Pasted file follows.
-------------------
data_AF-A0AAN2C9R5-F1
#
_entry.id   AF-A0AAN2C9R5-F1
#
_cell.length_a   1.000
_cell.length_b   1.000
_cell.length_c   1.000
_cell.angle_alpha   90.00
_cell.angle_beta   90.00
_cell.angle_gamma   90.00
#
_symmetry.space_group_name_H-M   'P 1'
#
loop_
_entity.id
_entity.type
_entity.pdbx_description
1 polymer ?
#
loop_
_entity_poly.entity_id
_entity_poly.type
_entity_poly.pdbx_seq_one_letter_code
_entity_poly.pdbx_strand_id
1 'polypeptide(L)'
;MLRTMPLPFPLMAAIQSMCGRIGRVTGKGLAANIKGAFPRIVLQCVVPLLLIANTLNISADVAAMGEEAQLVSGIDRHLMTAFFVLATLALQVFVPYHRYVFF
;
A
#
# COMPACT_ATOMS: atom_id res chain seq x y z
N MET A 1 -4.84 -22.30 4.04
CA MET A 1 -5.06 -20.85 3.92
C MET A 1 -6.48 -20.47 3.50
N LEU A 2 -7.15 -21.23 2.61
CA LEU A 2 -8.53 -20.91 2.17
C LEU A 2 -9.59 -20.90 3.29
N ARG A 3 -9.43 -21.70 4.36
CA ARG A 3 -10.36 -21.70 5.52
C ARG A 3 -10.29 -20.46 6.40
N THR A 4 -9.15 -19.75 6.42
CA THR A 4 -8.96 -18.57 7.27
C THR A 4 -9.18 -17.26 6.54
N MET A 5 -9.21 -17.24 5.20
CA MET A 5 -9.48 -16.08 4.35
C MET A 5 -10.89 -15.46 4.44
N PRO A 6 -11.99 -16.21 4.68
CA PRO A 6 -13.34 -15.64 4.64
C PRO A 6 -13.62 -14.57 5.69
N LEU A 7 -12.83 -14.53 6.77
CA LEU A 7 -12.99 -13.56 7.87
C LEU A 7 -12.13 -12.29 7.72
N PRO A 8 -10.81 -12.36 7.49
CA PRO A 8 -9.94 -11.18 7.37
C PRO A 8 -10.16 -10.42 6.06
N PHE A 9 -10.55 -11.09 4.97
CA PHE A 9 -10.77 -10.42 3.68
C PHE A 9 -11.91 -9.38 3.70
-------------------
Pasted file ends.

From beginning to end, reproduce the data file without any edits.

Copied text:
data_AF-A0AAN2C9R5-F1
#
_entry.id   AF-A0AAN2C9R5-F1
#
_cell.length_a   1.000
_cell.length_b   1.000
_cell.length_c   1.000
_cell.angle_alpha   90.00
_cell.angle_beta   90.00
_cell.angle_gamma   90.00
#
_symmetry.space_group_name_H-M   'P 1'
#
loop_
_entity.id
_entity.type
_entity.pdbx_description
1 polymer ?
#
loop_
_entity_poly.entity_id
_entity_poly.type
_entity_poly.pdbx_seq_one_letter_code
_entity_poly.pdbx_strand_id
1 'polypeptide(L)'
;MLRTMPLPFPLMAAIQSMCGRIGRVTGKGLAANIKGAFPRIVLQCVVPLLLIANTLNISADVAAMGEEAQLVSGIDRHLMTAFFVLATLALQVFVPYHRYVFF
;
A
#
# COMPACT_ATOMS: atom_id res chain seq x y z
N MET A 1 -4.84 -22.30 4.04
CA MET A 1 -5.06 -20.85 3.92
C MET A 1 -6.48 -20.47 3.50
N LEU A 2 -7.15 -21.23 2.61
CA LEU A 2 -8.53 -20.91 2.17
C LEU A 2 -9.59 -20.90 3.29
N ARG A 3 -9.43 -21.70 4.36
CA ARG A 3 -10.36 -21.70 5.52
C ARG A 3 -10.29 -20.46 6.40
N THR A 4 -9.15 -19.75 6.42
CA THR A 4 -8.96 -18.57 7.27
C THR A 4 -9.18 -17.26 6.54
N MET A 5 -9.21 -17.24 5.20
CA MET A 5 -9.48 -16.08 4.35
C MET A 5 -10.89 -15.46 4.44
N PRO A 6 -11.99 -16.21 4.68
CA PRO A 6 -13.34 -15.64 4.64
C PRO A 6 -13.62 -14.57 5.69
N LEU A 7 -12.83 -14.53 6.77
CA LEU A 7 -12.99 -13.56 7.87
C LEU A 7 -12.13 -12.29 7.72
N PRO A 8 -10.81 -12.36 7.49
CA PRO A 8 -9.94 -11.18 7.37
C PRO A 8 -10.16 -10.42 6.06
N PHE A 9 -10.55 -11.09 4.97
CA PHE A 9 -10.77 -10.42 3.68
C PHE A 9 -11.91 -9.38 3.70